The University's financial health has been a major concern for Loyola and we are not completely "out of the woods" but progress is significant. Soon we will be joined by a new Chief Financial Officer, Bill Laird. Bill is presently the Associate Vice President for Finance at Carnegie Mellon University in Pittsburgh. He will be coming to us with considerable experience at a complex research institution. I see Bill's arrival as helping us build the foundation for better, more transparent financial reporting, for better and more efficient services, and for helping us plan for more financial support for academic and especially our research activities. This past year, we have made considerable progress toward balancing the budget, and toward implementing a new computerized reporting system. One result of the new Lawson system is the more accurate and efficient payroll system. The work of Kay Geary and her staff in implementing the new system with the help of the Medical Center which had recently converted its operation to the system deserves notice and thanks as well.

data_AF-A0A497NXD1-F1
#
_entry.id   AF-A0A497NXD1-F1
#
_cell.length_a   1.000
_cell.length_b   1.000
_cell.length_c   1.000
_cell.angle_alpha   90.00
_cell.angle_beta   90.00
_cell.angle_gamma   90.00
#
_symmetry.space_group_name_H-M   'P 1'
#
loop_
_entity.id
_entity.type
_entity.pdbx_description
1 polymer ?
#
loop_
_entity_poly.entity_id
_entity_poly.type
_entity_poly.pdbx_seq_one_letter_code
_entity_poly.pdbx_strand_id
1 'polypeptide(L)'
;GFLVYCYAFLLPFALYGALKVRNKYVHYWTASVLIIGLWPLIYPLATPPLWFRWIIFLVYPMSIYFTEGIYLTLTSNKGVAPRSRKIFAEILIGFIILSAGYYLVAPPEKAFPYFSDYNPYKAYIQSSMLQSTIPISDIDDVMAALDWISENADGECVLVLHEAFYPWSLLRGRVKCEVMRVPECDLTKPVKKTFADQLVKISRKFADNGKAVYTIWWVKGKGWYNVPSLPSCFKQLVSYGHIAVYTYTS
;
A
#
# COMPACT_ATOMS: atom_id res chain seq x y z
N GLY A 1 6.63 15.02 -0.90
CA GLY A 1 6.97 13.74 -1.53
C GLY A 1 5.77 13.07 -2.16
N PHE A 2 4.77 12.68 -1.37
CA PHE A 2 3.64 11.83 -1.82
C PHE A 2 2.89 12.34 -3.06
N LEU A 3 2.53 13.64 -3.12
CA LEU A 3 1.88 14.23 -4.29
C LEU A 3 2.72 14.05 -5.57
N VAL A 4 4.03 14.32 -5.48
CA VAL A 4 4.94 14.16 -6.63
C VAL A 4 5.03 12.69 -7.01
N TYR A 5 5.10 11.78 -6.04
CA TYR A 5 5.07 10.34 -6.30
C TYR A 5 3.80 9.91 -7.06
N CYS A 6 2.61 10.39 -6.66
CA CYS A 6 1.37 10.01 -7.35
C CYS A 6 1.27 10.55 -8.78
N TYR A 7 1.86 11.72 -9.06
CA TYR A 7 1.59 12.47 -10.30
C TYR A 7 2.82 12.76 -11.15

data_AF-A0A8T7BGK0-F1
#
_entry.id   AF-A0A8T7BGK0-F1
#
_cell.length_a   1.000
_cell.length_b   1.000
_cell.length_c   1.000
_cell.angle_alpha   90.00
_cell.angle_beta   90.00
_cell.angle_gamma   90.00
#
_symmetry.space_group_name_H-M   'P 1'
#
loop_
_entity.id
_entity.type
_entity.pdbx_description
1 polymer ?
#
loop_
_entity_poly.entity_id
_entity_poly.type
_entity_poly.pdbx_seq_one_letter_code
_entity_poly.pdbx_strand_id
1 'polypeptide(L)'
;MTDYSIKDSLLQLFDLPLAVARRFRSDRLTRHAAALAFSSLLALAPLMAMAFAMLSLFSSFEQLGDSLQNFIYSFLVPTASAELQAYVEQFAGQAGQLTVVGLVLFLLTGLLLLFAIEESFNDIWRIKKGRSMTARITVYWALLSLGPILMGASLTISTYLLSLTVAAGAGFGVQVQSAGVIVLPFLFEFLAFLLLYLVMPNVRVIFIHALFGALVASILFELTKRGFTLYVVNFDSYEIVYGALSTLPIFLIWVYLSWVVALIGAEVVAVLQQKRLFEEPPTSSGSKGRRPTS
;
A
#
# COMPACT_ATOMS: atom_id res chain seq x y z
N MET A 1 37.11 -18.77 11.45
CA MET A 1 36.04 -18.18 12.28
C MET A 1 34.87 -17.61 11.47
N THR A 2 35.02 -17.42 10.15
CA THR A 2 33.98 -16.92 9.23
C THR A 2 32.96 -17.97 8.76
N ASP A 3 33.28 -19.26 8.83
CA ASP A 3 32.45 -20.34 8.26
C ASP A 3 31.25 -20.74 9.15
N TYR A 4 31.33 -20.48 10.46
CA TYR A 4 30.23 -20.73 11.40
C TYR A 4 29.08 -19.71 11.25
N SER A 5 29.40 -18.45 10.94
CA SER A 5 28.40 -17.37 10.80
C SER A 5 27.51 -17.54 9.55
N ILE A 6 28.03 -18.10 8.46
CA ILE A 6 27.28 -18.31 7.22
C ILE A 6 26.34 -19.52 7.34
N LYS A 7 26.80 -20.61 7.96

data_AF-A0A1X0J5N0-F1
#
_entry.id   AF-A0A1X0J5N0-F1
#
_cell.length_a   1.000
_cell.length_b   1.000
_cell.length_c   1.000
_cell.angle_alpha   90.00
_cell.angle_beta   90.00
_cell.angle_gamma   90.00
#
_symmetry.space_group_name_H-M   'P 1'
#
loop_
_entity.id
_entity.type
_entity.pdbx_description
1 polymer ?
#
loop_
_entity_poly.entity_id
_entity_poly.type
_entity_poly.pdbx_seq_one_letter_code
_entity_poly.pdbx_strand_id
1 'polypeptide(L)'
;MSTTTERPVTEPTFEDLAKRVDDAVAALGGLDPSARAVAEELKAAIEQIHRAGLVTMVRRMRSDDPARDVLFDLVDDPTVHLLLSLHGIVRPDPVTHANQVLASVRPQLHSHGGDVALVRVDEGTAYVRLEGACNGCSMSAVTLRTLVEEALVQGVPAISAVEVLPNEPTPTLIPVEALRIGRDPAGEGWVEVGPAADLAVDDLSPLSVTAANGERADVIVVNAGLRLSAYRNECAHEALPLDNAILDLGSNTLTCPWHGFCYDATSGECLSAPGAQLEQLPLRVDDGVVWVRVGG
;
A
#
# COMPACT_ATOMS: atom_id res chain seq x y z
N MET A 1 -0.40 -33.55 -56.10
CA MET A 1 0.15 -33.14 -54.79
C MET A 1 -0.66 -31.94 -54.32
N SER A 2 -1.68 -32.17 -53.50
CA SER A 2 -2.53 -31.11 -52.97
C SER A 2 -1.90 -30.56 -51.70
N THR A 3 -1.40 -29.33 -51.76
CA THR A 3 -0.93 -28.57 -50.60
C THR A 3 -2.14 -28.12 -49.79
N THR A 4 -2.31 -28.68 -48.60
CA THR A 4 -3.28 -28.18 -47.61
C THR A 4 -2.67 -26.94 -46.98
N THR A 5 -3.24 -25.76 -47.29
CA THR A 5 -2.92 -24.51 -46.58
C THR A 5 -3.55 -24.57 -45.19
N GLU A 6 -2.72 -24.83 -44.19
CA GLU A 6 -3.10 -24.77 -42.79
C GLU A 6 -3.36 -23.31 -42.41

I am pleased to announce that the budget we are proposing to the Board of Trustees for close scrutiny in March is a balanced budget, the first in many years. It is based on several important assumptions which to date are holding constant and achievable. It presumes a 5.5% tuition increase, and an increment pool for merit raises in aggregate of 3%. It assumes we will take nothing from endowment income but will meet our endowed program obligations through normal budget revenues. It assumes a growth in undergraduate enrollment of 1750 freshmen, up from 1625 this year. It assumes a 14% increase in benefits, and an increase in the money we need to pay into our retirement pool. It assumes an additional 3-5% cut in expense budgets achieved largely through holding down new hiring, re-engineering services and cuts.